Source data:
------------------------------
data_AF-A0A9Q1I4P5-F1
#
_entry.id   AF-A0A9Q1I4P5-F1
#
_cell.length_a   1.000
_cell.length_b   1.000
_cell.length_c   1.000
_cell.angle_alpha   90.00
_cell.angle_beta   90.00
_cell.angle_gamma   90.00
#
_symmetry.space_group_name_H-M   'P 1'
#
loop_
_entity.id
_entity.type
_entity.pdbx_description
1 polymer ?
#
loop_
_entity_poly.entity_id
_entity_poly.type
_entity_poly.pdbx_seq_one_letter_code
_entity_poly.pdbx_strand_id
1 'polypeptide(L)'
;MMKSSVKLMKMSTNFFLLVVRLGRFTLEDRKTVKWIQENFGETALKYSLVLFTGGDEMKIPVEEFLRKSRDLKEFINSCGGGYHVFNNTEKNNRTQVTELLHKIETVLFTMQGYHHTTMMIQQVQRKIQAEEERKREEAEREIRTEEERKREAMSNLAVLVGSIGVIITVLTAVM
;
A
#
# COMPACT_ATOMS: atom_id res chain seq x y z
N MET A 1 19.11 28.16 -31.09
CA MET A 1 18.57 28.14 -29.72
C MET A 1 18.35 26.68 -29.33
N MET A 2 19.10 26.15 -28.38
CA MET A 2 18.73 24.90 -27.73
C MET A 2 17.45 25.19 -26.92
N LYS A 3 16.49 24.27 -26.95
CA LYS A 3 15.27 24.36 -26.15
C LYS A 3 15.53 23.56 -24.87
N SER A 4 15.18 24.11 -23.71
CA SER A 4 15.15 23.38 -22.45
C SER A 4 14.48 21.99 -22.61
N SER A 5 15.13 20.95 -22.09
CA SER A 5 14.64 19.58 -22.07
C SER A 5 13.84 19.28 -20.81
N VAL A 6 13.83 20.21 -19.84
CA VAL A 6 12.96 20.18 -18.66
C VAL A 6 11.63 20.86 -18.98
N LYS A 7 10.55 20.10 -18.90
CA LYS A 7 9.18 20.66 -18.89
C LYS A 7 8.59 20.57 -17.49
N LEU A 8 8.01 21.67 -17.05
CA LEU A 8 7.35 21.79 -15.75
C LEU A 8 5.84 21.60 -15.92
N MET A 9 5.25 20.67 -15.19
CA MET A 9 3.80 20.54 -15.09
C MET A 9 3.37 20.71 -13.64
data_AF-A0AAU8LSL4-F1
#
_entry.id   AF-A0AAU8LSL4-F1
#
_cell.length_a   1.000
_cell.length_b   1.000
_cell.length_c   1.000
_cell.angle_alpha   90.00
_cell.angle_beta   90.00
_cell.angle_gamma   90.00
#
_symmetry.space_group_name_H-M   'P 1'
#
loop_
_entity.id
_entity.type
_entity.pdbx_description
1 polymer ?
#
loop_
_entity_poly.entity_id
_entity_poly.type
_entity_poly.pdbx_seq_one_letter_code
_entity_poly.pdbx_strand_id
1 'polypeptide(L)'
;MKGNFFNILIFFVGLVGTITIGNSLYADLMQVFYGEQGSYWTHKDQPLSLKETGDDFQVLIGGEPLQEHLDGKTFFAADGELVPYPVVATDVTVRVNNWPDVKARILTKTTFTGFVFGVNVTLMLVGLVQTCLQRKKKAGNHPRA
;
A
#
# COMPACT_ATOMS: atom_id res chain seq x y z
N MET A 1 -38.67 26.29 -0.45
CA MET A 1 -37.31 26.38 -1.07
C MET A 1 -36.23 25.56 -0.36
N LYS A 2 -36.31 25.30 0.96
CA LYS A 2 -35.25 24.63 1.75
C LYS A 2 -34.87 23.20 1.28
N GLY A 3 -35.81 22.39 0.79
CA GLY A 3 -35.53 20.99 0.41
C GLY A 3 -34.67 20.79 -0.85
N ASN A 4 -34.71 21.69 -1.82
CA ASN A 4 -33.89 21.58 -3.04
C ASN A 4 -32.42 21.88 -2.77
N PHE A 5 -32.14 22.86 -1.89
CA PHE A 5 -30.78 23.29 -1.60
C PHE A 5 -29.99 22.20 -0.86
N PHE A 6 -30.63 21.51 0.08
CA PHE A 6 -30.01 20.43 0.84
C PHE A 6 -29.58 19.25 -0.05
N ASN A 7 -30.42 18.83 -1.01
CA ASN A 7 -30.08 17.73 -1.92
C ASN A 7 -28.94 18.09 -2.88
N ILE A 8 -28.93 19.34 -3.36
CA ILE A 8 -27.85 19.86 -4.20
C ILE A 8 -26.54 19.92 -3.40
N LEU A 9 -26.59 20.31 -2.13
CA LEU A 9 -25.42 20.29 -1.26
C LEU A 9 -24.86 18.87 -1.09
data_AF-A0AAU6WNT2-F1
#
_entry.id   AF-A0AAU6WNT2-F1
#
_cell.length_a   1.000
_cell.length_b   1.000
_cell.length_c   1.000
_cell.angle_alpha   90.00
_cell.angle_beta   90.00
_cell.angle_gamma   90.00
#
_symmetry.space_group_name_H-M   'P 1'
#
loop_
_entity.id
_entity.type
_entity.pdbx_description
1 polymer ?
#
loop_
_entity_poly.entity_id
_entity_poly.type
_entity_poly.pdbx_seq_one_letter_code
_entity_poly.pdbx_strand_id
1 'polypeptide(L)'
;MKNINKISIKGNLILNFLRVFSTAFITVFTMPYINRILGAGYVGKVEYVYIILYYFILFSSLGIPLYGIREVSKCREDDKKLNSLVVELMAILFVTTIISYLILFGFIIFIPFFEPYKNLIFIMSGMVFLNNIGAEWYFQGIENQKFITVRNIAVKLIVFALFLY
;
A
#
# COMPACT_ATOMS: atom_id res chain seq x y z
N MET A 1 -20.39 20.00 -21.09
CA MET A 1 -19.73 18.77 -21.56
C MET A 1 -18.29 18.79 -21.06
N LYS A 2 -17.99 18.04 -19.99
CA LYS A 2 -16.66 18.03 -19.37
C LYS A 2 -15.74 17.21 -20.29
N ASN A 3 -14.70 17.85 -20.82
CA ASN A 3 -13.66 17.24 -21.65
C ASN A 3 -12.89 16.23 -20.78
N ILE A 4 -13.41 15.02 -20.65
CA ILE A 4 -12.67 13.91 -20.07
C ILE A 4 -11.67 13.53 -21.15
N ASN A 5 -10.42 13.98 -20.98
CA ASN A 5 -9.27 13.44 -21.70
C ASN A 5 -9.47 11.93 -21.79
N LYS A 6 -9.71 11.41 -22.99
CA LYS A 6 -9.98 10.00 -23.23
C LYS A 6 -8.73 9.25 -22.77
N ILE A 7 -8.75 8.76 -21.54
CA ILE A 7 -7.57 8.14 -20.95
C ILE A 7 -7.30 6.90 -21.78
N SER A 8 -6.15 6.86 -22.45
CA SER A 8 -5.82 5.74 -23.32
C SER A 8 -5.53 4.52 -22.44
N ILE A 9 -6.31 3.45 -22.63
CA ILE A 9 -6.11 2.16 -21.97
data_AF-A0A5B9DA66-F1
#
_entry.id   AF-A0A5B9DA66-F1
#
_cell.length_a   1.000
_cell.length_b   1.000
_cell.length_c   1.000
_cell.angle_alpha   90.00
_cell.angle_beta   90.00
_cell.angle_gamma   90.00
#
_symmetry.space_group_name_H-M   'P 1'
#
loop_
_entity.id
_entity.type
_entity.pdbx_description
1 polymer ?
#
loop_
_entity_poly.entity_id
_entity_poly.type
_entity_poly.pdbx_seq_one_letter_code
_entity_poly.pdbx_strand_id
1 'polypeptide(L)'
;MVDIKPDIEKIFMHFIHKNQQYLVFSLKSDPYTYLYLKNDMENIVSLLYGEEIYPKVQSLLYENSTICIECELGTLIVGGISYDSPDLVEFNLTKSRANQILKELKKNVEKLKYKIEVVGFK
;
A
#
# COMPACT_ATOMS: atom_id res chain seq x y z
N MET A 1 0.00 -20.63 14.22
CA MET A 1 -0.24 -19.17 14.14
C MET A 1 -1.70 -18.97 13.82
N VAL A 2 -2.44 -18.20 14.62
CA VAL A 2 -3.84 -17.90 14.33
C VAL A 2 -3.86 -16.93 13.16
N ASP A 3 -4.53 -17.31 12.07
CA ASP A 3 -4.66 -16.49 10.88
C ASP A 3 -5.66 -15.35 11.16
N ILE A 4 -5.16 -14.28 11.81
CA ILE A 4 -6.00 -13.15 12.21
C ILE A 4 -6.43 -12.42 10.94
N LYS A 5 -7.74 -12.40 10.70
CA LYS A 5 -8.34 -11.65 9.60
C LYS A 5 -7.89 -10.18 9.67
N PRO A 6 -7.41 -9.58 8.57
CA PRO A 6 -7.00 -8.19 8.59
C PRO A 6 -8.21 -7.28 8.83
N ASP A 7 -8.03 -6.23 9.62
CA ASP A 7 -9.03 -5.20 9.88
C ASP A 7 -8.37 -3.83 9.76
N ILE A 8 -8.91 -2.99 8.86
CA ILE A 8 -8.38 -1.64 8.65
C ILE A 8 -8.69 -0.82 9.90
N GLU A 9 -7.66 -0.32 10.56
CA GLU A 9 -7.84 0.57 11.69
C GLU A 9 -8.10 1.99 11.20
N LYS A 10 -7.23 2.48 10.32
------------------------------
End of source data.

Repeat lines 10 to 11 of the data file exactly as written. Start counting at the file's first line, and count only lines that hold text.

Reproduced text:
_cell.angle_gamma   90.00
#